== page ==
I come to praise .join, not to bury it...
aleaxit at yahoo.com
Wed Mar 7 10:01:01 CET 2001
"Mike C. Fletcher" <mcfletch at home.com> wrote in message
news:mailman.983928669.28324.python-list at python.org...
> Aesthetes are a different kind of professional, I'm a design theorist,
> are art wh#$3s ;) . Sorry, I dislike the connotations of "aesthete" (too
> turn of the last century eclecticism for me), so I use aesthetic (which, I
> feel, has a much nicer resonance with "ascetic", which is closer to my
> of beauty).
Funny enough, that is also very close to what _I_, a mere engineer,
perceive as 'beauty': lack of decoration, match between form and
function, spareness, simplicity. As another 'engineer' put it,
perfection is reached, not when there's nothing more left to add,
but when there's nothing more left to be taken away (well, _almost_
an engineer -- he failed the examinations for his certificate --
although, as a pioneer of flight, he worked basically in the field
of engineering afterwards; maybe the epsilon of engineering he
lacked was the 'but practicality trumps purity' lithmus test...;-).
> I have no problem with the semantics of the string having methods. I
> for lists and tuples to have a consistent and complete set of methods 2 or
> years ago if I'm recalling correctly. Healing the class/type split is
> something I would like to live to see (if the PSU doesn't get me first).
Indeed, such developments have contributed, and/or will/would
contribute, to the deep underlying beauty of the language in
the above-mentioned reference terms.
> I'll have to give that Python thing a try. Can you recommend any good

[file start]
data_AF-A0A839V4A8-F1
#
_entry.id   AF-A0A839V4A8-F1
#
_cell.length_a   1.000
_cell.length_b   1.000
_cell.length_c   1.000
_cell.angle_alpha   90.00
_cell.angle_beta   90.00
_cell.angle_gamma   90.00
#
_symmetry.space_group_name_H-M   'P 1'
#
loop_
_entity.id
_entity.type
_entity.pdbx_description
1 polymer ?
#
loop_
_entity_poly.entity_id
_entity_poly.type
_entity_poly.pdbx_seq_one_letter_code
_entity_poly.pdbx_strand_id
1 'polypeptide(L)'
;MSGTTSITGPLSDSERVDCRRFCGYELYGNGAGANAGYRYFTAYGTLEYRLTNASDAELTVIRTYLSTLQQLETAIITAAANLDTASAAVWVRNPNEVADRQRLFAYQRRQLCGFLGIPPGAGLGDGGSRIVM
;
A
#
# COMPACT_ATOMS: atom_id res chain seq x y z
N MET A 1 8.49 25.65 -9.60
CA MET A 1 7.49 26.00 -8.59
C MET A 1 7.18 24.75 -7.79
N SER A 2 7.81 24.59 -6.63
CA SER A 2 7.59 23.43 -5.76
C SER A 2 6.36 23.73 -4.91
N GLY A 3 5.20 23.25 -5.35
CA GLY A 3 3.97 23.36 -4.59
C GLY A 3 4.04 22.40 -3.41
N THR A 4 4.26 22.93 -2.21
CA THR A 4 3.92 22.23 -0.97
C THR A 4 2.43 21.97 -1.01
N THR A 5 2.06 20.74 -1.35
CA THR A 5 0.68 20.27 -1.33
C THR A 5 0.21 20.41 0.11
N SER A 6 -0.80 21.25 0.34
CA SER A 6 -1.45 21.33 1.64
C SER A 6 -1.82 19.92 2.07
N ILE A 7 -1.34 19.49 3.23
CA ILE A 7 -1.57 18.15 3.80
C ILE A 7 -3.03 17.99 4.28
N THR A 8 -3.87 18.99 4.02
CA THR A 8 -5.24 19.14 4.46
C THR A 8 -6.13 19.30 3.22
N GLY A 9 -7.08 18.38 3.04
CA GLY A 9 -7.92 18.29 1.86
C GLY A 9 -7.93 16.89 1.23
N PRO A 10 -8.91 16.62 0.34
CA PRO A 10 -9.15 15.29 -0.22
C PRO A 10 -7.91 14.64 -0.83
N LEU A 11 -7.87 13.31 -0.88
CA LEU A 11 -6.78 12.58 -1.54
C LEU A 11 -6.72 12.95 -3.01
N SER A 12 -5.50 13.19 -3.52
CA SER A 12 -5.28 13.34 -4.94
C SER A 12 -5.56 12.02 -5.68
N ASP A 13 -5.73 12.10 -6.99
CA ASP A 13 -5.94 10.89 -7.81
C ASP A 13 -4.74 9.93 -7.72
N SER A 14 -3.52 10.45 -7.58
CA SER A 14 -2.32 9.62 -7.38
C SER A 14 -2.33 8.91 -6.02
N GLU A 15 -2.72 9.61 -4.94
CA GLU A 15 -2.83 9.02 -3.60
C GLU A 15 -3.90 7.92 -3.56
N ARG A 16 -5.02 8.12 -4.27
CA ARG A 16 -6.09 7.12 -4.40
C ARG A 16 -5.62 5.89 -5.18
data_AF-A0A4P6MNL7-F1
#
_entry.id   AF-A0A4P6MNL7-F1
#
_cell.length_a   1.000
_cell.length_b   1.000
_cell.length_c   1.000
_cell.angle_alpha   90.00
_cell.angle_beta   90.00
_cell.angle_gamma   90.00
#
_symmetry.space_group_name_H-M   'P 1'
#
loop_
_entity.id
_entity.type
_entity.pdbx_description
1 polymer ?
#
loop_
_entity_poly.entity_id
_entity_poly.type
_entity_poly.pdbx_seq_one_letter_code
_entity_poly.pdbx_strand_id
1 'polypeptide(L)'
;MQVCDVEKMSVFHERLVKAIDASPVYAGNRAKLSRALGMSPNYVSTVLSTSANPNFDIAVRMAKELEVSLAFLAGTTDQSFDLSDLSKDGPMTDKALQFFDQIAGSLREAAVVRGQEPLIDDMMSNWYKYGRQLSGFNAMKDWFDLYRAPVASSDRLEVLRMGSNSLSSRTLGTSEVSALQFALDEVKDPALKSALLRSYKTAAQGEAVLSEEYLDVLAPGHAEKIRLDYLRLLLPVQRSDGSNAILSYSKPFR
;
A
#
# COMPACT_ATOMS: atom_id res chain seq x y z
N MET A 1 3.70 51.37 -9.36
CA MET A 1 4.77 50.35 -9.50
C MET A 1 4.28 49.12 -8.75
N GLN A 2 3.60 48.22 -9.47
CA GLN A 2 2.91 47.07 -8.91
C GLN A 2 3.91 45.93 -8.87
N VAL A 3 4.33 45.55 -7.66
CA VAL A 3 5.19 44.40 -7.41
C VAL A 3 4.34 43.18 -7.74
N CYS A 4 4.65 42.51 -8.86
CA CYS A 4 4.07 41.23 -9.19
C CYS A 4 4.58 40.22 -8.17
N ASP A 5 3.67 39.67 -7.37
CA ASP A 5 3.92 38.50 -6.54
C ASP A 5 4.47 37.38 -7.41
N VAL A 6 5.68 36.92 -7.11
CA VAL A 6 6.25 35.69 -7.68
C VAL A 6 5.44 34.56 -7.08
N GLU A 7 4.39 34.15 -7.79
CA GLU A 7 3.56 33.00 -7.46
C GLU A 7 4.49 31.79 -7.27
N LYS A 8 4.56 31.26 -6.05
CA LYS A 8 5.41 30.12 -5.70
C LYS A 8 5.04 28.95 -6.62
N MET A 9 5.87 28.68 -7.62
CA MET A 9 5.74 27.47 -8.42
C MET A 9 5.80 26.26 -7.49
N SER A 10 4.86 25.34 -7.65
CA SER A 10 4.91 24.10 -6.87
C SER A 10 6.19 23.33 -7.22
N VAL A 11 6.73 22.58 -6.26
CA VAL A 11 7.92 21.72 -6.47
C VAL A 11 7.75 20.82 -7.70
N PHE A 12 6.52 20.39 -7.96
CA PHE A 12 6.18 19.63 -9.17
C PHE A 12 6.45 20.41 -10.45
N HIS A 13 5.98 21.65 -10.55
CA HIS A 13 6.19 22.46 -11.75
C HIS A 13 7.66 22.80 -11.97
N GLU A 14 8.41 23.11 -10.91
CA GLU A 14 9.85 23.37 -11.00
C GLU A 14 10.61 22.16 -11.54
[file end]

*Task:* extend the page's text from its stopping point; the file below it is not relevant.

> for someone who's been stuck in a backwater language for the last 6 years?
My favourite books for Python beginners are:
"Learning Python", Mark Lutz & David Ascher, O'Reilly, 1-56592-464-9
"The Quick Python Book", Daryl Harms & Kenneth McDonald , Manning,
They're not up-to-date to Python 2.0, I believe, but either will give
a good grounding on the fundamentals, and learning the 2.0/2.1 changes
on top of that is no biggie. Lutz & Ascher cover slowly, thoroughly,
and in depth, the language itself and the key parts of its libraries;
Harms & McDonald move faster, and cover (not quite as deeply) a wider
selection of topics. Choice between them is a matter of taste.
> Isn't that Python thing slow though? I heard they don't even have static
> type declarations and they don't support polymorphic function signature
Python's polymorphism is by-method, not by 'function signature', but that's
hardly an issue of speed. As for speed, I find Python perfectly adequate
for my needs, with the proviso that some low-level performance bottlenecks
may have to be coded as extension modules -- of course, lots of such high
performance 'extensions' already exist, so, depending on your needs, you
may need no non-Python coding (e.g., for numeric operation on large arrays
and matrices, the Numeric extensions may already provide what you need).
> "," . join( ) doesn't help much, as there's no graphical connection drawn
> between the two items, so you lose the correspondence of the . character
> "member of" (i.e. the glyph no longer represents the concept, but must be
> interpreted at a semantic level to make the construct clear).
Personally, I find ','.join(blahblah) quite adequate -- if I had to
use double rather than single quotes, I would indeed see an epsilon's
worth of "loss" in visual terms.
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